Press Box Red: A Review

Press Box Red cover

Time to leave the world of 1908 and move to something more modern. I haven’t done a book review in a while so it’s time to fix that. This time I want to look at a book titled Press Box Red by Irwin Silber.

Silber tells, in this work, the story of Lester Rodney, an American Communist who became influential in the sports world. Rodney became the sports editor, and generally the only member of the sports department, of The Daily Worker, the Communist Party of the United States newspaper. During the 1930s and 1940s he used the sports page of the paper to campaign for equal rights in the country. He was a stalwart supporter of Joe Lewis and one of the most ardent voices for the integration of baseball.

The book is very much a polemic as much as a history or biography. You know where Silber stands on the issues in which Rodney is embroiled. It is, having said that, still a worthwhile read because it reminds us that Branch Rickey wasn’t the only person desirous of integrating the Major Leagues. There were a number of voices raised arguing that it was time to make “The National Game” truly national. Silber also reminds the reader that several of those voices were white, rather than black. Beginning as early as 1936, Rodney wrote repeated articles arguing for the integration of baseball as “the right thing to do.”

The book is an interesting look at the role the Communist Party played in American society before the McCarthy Era, as well as a solid look at the sports world of the 1930s and 1940s. Interest in either the era or the integration of baseball makes this book a worthwhile addition to your sports reading. It is available from Amazon for $28.95. I got my copy for less at a used book store.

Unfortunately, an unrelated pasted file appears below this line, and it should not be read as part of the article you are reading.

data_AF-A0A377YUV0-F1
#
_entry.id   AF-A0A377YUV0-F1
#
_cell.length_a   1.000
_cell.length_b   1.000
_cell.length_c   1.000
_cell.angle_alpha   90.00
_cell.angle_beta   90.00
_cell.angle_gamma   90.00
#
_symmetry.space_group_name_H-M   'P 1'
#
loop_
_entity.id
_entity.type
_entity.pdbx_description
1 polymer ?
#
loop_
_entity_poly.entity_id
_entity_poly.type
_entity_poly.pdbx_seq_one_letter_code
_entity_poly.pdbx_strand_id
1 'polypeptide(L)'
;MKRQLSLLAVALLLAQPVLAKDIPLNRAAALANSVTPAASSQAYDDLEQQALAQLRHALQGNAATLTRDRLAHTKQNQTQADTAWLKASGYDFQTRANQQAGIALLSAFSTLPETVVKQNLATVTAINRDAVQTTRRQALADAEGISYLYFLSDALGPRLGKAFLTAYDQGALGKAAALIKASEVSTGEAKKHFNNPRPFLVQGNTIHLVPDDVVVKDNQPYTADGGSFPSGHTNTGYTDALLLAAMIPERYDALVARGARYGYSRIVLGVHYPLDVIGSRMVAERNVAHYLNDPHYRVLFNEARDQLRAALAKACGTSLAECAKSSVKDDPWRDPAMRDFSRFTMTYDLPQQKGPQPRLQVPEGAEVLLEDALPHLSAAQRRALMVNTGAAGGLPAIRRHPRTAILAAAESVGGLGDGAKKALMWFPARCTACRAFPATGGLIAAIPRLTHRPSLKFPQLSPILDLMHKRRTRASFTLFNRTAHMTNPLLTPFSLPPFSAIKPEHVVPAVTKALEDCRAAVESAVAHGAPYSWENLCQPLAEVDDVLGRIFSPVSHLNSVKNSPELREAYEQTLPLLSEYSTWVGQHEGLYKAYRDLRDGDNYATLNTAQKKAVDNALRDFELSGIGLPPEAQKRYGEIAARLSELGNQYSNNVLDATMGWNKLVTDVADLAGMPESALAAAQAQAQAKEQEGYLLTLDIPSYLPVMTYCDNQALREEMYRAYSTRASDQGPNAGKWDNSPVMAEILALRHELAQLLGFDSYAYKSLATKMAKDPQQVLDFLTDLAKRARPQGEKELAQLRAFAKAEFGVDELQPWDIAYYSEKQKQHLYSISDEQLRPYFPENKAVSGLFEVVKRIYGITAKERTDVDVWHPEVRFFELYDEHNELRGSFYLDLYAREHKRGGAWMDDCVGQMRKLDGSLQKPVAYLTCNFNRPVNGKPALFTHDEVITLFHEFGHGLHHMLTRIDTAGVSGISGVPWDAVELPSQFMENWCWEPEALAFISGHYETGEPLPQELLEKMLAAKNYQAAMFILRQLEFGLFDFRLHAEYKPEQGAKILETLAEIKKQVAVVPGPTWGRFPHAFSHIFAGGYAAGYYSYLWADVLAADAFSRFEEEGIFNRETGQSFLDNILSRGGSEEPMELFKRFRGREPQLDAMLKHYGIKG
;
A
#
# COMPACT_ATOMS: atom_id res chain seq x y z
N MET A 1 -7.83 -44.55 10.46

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2 Responses to “Press Box Red: A Review”

  1. glenrussellslater Says:

    It sounds interesting, V. And since we’re on the subject of baseball integration, I highly recommend Jimmy Breslin’s last book about Branch Rickey, fittingly titled “Branch Rickey”. I read it several years ago and it’s pretty short. I don’t remember anything about it. Does this mean that it was a lousy book, or just that I have a lousy memory? Well, all that I remember about it was that it WASN’T a lousy book; I enjoyed it immensely. Maybe I don’t remember it that well because it didn’t tell me much about Rickey that I didn’t already know. I don’t know. I don’t remember! But I’d still recommend it, even though the father of my best friend from high school, Paul Meskil of the New York Daily News, father of my old pal Brian Meskil, worked with Breslin at the Daily News and absolutely DESPISED Breslin as a person. Maye it’s partly because Mr. Meskil was a fine writer in his own right (he mostly covered the crime beat, particularly ORGANIZED crime) and didn’t get nearly the acclaim that Breslin did. But the way Mr. Meskil described Breslin to me, he did sound like an extremely rude and arrogant person.

    I’ll plug some of Mr. Meskil’s books here, if you don’t mind. I feel that Mr. Meskil was just as talented as Breslin, but just had a different style. Mr. Meskil’s style was more hard-boiled, in the tradition of Mickey Spillane and them guys. He wrote many, many books, all of them good. He died in 2005. He was a great guy.

    He only wrote one fictional book, “Sinpit”, which was kind of like a Mickey Spillane book; that sort of genre. He was in personal danger sometimes, as he used to interview Mafia hitmen and guys like that. Here are the two pages of his books on

    Notice how much an original book of “Sinpit” is worth today! Sorry, can’t afford it!!! I think he wrote this hard boiled paperback, the kind the drug stores sell, in the very early 50s, while he was writing for the St. Louis Herald Dispatch.


    PS Here’s a description of Sinpit from, which, I guess, was on the back cover of the paperback in the early 50s:

    She was dirt … and hungry and cheap and demanding. But it didn’t matter. She was all those things, and I knew it, but she was much more, too. She was fire and ice and fury, and when she came up to me—that first time—her mouth making little squirming noises, I knew she was all I ever wanted.

    I was a cop. An honest one. Tough, but honest. And she was the wife of another man. Maybe she was a killer. Maybe she was a–a kind of person even tough cops don’t talk about except in dirty whispers.

    But I didn’t care. I had to have her.

    And here’s the book by Breslin, about Branch Rickey, that I was recommending.

  2. Jackie, The Baseball Bloggess Says:

    The Daily Worker had a sports page. I had no idea. It’s going on my “must read” list. Thanks!

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